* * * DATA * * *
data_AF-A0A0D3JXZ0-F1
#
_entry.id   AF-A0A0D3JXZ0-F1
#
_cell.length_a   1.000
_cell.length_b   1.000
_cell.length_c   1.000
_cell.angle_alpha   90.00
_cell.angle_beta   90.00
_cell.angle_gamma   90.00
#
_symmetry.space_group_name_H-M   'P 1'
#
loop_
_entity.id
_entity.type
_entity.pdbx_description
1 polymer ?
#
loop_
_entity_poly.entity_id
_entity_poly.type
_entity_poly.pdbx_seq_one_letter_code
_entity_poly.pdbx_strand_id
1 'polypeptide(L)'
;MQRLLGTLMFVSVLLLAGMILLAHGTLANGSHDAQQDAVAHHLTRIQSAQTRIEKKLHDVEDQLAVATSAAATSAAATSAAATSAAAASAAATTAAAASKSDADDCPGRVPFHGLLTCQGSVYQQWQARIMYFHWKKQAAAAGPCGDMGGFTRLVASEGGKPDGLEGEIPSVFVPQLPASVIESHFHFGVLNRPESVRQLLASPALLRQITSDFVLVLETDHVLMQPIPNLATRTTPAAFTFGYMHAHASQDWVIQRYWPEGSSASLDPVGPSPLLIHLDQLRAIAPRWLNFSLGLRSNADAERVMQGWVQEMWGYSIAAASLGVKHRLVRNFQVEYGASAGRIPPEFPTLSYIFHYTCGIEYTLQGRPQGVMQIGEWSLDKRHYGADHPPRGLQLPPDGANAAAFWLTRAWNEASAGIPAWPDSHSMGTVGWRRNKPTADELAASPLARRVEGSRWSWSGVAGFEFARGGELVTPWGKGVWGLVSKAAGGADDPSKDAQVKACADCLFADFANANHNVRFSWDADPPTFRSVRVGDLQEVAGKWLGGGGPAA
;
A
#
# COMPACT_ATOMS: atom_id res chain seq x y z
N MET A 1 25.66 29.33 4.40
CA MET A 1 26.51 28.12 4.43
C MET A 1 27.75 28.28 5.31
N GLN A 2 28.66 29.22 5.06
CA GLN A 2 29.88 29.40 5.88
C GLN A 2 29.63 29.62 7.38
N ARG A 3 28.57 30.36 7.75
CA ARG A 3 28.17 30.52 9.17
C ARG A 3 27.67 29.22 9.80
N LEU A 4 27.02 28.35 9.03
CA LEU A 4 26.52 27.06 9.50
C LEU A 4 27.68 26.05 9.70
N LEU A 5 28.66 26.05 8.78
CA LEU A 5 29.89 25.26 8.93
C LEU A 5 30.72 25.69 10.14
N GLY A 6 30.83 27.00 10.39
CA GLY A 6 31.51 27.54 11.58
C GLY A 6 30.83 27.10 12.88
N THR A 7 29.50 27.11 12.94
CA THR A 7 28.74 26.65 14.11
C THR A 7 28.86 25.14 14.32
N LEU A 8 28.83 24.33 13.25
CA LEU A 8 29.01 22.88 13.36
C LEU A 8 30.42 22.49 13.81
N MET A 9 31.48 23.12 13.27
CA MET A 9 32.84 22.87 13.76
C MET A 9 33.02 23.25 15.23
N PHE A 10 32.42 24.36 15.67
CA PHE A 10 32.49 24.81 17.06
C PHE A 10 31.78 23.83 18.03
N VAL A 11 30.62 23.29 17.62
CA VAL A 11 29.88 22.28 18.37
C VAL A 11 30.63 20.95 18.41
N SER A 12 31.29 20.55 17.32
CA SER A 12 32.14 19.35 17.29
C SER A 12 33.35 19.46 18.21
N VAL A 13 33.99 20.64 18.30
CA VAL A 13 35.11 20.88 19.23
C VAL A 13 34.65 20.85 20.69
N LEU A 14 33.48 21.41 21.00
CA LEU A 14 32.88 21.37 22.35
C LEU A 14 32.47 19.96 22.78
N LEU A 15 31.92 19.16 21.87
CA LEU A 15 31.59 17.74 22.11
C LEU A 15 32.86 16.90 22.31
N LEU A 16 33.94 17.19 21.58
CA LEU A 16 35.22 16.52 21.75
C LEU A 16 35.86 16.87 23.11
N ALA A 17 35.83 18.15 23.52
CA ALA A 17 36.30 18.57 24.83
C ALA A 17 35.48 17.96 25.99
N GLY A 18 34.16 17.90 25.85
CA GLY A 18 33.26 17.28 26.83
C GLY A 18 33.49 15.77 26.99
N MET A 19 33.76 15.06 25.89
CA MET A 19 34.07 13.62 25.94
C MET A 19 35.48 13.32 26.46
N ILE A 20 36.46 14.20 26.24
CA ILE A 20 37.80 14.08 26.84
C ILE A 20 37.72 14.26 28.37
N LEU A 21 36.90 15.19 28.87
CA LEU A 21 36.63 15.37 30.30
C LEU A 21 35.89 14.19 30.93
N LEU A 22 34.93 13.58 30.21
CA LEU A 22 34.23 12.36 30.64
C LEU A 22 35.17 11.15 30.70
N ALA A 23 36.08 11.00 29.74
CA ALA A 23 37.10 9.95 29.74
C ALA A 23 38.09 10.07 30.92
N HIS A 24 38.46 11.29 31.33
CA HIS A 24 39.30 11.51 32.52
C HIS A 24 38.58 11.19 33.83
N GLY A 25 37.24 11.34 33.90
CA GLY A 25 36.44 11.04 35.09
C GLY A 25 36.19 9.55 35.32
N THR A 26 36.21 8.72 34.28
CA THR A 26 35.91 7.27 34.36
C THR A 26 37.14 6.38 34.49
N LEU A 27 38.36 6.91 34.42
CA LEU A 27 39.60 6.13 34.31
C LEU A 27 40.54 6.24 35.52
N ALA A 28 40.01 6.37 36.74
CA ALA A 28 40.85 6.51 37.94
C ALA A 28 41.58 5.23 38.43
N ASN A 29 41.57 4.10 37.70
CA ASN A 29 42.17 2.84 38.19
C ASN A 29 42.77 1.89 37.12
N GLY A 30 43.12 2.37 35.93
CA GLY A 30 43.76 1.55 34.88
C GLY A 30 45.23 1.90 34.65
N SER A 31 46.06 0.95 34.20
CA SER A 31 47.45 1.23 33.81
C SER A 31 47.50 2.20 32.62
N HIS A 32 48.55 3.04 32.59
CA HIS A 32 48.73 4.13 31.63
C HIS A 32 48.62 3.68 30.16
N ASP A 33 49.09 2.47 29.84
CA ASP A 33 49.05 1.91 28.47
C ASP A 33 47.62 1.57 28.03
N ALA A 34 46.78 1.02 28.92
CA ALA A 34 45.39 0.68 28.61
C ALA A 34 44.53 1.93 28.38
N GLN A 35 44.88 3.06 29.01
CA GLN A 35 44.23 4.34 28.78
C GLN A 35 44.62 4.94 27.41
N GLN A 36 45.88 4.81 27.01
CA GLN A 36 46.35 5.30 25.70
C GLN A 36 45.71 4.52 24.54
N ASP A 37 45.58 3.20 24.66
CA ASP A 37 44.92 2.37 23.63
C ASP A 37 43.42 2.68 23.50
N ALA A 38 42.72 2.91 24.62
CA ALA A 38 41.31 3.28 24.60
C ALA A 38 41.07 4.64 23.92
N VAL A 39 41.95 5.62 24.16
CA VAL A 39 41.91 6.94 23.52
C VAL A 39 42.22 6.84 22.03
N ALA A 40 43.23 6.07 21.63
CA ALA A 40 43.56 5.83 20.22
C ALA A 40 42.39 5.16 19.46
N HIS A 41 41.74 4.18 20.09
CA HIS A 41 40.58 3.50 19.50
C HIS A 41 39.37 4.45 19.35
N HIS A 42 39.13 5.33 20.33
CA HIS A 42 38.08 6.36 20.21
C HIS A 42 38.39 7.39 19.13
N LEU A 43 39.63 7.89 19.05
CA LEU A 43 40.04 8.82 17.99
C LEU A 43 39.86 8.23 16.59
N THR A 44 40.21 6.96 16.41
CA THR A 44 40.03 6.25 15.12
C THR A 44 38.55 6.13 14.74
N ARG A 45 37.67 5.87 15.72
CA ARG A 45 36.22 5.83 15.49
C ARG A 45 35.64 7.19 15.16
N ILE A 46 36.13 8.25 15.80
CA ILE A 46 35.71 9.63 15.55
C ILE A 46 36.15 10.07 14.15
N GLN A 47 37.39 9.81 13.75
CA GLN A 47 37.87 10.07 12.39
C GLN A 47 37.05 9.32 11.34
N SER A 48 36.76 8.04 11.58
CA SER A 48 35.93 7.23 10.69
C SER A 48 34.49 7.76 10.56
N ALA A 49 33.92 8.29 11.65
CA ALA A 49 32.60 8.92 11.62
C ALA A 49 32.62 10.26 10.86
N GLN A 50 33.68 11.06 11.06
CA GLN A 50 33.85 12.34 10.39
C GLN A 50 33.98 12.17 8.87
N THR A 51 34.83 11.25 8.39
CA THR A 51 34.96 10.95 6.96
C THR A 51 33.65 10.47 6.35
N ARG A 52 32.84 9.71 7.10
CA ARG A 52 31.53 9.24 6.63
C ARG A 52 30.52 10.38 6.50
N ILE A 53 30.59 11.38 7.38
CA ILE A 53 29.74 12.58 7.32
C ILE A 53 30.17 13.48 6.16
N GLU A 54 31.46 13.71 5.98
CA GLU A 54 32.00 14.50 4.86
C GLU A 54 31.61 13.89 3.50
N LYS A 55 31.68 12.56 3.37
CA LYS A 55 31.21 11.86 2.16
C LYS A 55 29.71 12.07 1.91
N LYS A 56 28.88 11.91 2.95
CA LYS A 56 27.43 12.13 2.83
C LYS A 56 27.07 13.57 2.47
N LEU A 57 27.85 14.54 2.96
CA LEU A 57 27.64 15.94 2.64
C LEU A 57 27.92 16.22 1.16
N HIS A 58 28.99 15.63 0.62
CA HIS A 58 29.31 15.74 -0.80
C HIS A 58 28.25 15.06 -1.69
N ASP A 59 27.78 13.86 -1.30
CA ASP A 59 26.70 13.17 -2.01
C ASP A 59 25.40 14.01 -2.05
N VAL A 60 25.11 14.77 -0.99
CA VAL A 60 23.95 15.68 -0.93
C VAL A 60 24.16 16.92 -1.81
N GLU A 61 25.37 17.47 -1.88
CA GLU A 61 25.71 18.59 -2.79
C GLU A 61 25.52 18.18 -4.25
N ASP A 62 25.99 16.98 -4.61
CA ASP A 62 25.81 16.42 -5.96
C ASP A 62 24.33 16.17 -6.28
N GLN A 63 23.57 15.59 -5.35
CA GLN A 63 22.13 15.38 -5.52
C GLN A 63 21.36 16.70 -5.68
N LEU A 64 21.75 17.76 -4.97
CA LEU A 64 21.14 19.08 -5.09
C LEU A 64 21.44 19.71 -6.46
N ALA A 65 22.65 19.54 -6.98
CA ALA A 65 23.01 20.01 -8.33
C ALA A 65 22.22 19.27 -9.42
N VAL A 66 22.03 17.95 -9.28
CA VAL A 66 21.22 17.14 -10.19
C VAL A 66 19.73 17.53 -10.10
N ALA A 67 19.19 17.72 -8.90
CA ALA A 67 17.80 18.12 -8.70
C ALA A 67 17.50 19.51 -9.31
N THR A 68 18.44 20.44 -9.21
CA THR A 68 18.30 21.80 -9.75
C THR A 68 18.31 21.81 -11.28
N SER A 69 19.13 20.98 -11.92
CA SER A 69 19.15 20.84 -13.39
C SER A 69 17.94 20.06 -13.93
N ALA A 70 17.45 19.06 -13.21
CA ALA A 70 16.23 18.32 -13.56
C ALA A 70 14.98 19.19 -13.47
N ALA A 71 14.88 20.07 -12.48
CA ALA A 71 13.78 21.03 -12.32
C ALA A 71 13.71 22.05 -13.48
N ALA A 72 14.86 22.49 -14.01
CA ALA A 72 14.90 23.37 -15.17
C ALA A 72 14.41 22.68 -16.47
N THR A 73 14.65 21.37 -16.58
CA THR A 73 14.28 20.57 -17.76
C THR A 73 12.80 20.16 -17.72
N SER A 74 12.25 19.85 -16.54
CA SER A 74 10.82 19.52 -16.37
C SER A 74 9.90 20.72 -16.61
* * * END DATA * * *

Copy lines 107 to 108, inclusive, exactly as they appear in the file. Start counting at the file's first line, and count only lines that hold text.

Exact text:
CA THR A 26 35.91 7.27 34.36
C THR A 26 37.14 6.38 34.49